Key Israeli Religious Party Softens Stance on Peace Pact : Politics: It will support Labor from outside the ruling coalition but demand consultations on West Bank issues.


A key opposition party said Monday that it accepts the Israeli-Palestinian peace accord as an irreversible fact and is negotiating an agreement to support the Labor Party from outside the ruling coalition.

The National Religious Party issued a statement after a stormy session Monday night backing its chairman’s declaration that the party must reassess its political platform in the wake of Prime Minister Yitzhak Rabin’s Nov. 4 assassination.

The statement said that the NRP--which has six seats in the Knesset, or Parliament--and Labor have reached a draft agreement under which the conservative NRP will abstain from parliamentary no-confidence motions brought against the left-wing, Labor-led government.

In return, Labor is prepared to consult with the NRP before carrying out the unspecified “further redeployments” from the West Bank that the government promised, in its agreement with the Palestine Liberation Organization, to make next year.


The NRP insisted in its statement that it still opposes the September, 1993, Israeli-Palestinian peace accord in principle but that “nevertheless, the NRP’s view is that any future government will not wage war in order to go back to the cities which we left unless security circumstances or severe violations will necessitate a reaction.”

Given that reality, the party said, it has proposed an arrangement to Labor “with the objective of stopping additional political agreements” before national elections take place next November. The agreement must be approved by the Labor Party Central Committee and Labor’s leftist coalition partner, Meretz, before it can become operative.

The NRP’s statement came one day after its chairman, Zevulun Hammer, called publicly for the party--which has long been identified with the Jewish settlers movement--to modify its opposition to the peace agreement and to work with the government on implementing the accord. Hammer said the NRP must reassess its policies in light of Rabin’s assassination by a right-wing Jewish law student.

“Rabin’s murder has brought us to say: Let’s see if something has really happened in this country--if people are really ready to talk to each other and not let a very small [parliamentary] majority decide crucial issues,” Hammer said.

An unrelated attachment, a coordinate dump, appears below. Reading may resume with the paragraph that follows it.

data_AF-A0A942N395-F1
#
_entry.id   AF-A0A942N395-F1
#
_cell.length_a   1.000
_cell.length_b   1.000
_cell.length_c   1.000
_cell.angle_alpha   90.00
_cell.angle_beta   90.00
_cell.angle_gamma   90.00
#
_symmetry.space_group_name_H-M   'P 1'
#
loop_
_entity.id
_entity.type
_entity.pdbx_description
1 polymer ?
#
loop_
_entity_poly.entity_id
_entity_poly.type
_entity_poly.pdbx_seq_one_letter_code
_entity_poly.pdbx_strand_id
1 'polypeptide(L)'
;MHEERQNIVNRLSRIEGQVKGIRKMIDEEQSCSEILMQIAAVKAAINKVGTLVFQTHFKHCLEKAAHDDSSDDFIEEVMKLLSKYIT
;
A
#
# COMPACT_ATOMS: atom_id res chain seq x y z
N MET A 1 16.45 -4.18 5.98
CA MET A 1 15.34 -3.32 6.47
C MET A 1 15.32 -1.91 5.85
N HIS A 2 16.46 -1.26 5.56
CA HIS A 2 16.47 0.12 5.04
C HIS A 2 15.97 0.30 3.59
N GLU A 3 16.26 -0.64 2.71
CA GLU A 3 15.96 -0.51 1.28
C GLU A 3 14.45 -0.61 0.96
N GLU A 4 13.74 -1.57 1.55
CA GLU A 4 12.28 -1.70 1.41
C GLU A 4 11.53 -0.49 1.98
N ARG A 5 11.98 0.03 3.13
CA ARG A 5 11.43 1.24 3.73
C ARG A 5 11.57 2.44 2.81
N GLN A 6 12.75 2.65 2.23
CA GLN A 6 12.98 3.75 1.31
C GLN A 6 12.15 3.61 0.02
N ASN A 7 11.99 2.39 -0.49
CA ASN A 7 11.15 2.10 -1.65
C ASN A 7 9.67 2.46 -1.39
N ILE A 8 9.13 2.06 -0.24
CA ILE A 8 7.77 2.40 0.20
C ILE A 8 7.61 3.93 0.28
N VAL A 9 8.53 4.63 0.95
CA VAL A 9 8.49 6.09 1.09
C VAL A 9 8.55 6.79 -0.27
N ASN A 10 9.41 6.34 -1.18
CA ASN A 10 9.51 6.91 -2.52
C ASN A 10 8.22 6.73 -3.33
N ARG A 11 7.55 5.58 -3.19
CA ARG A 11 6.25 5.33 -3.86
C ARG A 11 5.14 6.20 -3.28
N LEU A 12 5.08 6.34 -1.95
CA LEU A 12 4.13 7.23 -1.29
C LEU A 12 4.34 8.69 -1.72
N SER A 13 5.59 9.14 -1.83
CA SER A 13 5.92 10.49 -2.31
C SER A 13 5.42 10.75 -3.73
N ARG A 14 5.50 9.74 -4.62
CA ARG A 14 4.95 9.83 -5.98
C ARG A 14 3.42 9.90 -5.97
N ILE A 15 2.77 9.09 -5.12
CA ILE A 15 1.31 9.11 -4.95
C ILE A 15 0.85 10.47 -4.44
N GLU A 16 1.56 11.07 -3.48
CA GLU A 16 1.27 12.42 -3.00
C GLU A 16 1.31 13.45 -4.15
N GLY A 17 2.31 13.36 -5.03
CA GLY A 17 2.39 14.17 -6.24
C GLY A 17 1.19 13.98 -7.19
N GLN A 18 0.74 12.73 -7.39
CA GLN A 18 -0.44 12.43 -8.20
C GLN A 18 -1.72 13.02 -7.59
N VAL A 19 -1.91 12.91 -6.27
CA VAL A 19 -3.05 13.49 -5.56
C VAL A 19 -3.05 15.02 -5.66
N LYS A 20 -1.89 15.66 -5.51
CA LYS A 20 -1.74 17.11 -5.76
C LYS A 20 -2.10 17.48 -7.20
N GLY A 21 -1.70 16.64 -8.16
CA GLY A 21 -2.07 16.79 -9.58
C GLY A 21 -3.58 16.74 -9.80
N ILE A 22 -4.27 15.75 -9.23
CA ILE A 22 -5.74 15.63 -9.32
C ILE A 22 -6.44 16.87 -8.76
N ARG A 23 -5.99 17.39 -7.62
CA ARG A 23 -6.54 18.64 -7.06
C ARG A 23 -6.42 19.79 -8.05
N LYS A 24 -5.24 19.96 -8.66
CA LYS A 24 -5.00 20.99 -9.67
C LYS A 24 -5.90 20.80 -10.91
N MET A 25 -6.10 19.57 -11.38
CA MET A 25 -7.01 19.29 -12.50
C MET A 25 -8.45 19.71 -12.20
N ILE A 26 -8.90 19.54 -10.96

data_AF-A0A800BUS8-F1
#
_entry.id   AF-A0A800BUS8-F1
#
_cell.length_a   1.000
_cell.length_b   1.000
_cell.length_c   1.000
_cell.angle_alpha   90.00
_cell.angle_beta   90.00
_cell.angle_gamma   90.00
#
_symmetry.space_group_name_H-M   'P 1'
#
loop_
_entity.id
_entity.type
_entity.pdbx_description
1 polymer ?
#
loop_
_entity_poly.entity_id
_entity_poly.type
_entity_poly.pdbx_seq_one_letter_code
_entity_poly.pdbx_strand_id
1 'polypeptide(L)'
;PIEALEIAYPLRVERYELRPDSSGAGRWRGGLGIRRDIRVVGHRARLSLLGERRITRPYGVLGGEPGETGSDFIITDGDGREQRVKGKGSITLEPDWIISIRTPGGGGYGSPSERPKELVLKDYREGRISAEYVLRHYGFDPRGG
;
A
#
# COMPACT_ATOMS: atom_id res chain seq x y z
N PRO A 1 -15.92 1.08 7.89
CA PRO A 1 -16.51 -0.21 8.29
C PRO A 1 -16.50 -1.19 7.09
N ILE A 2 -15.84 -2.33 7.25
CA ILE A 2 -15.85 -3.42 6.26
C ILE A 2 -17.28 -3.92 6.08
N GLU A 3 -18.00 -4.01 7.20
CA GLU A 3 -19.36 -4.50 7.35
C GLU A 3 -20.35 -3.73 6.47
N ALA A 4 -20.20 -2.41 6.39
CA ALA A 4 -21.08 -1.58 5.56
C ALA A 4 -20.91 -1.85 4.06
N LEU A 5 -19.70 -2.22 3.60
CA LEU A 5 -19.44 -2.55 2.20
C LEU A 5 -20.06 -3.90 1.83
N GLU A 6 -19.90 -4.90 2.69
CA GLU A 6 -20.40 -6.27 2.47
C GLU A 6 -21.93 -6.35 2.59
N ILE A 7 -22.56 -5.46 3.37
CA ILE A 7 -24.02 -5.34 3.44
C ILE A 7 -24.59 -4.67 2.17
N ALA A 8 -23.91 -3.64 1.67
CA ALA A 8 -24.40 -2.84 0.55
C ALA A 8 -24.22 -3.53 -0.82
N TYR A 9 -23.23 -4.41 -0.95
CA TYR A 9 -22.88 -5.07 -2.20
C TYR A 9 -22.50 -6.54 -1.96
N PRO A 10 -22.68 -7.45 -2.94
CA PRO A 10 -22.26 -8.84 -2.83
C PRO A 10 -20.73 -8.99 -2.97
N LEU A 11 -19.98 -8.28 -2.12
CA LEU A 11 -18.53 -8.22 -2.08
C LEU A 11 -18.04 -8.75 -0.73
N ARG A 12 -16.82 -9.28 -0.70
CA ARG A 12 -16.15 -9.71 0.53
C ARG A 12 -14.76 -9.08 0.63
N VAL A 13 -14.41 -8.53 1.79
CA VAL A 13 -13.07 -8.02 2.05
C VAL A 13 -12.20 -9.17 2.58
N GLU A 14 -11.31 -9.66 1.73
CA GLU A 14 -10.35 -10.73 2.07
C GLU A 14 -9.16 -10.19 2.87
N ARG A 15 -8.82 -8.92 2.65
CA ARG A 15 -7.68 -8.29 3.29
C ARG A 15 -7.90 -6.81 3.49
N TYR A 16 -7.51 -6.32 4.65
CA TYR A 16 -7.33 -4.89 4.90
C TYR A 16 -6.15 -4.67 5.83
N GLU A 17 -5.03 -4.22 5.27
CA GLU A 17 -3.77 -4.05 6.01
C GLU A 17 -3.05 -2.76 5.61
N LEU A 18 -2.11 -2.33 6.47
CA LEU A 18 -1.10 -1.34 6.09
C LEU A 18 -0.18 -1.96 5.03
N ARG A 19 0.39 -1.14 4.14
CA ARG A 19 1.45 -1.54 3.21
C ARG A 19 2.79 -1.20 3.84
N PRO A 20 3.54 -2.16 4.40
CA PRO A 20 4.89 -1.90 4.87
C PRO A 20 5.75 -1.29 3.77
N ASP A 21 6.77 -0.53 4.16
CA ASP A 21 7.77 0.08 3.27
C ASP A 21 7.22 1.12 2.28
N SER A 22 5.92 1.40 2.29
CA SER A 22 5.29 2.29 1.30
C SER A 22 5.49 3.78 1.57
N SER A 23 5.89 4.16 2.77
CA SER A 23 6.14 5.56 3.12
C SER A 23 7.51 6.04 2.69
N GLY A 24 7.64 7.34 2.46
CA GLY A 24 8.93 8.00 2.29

Leaders of the settlers movement met with the party’s leadership Monday night and expressed astonishment at Hammer’s remarks.

But Prime Minister Shimon Peres said he is encouraged by Hammer’s assessment that the party must modify its policies. Labor also is conducting negotiations with the far-right Tsomet Party, which has five Knesset seats, and with ultra-Orthodox parties.

Peres’ intense wooing of right-of-center parties has infuriated Meretz, but political analysts said Meretz can do little to stop Peres from cutting deals.

“I cannot see them walking out of the coalition. Where would they go?” said Prof. Peter Medding, a political scientist at Jerusalem’s Hebrew University. “A Labor-led government is the best government that Meretz could hope for.”

Securing the support of one or more of the right-wing parties would offer Peres several advantages, political analysts say. He could stabilize his government, which now relies on Arab parties to give it a narrow majority of 63-57 in the Parliament. He could silence critics who say that the government is making momentous decisions without support from any right-of-center parties.

Peres also could further isolate the Likud, the largest opposition party, by gaining the support of some of the Likud’s onetime allies. Likud Party Chairman Benjamin Netanyahu has pleaded in vain with the NRP and Tsomet to stop their talks with Labor.

By reaching out to some of the right-wing parties, Peres also bolsters his role as national peacemaker, a role he assumed just days after Rabin was gunned down by 25-year-old Yigal Amir, who said he shot the prime minister to torpedo the Israeli-Palestinian peace accord.

Even as some of his Labor Party colleagues were angrily threatening to “crush” the religious-nationalist camp in the wake of the assassination, Peres quietly sent out feelers to the NRP.

The NRP would be a big prize for Peres, particularly if he could somehow persuade the party--or parts of it--to actually join his government. Peres has for years argued within Labor that the party should seek to rebuild its historic alliance with the NRP, which served as a major coalition partner in successive Labor governments from the founding of the state until 1977, when the Likud dislodged Labor from power and formed a government with the NRP.

Peres appears to be trying to rebuild the Israeli political center that began to disintegrate after the June, 1967, Arab-Israeli War. At that time, the NRP became increasingly wedded to the Jewish settlement movement in the West Bank, and religious parties upped the ante of funding and social concessions as the price for their participation in any government.

For nearly 30 years, the gulf has grown deeper between religious and secular Israelis, between those who see themselves as the “nationalist” camp that resists territorial compromise and those who are willing to trade land for peace.

Medding and other political analysts said Peres is taking advantage of a combination of real soul-searching and pragmatic political calculations by the NRP in the wake of Rabin’s assassination.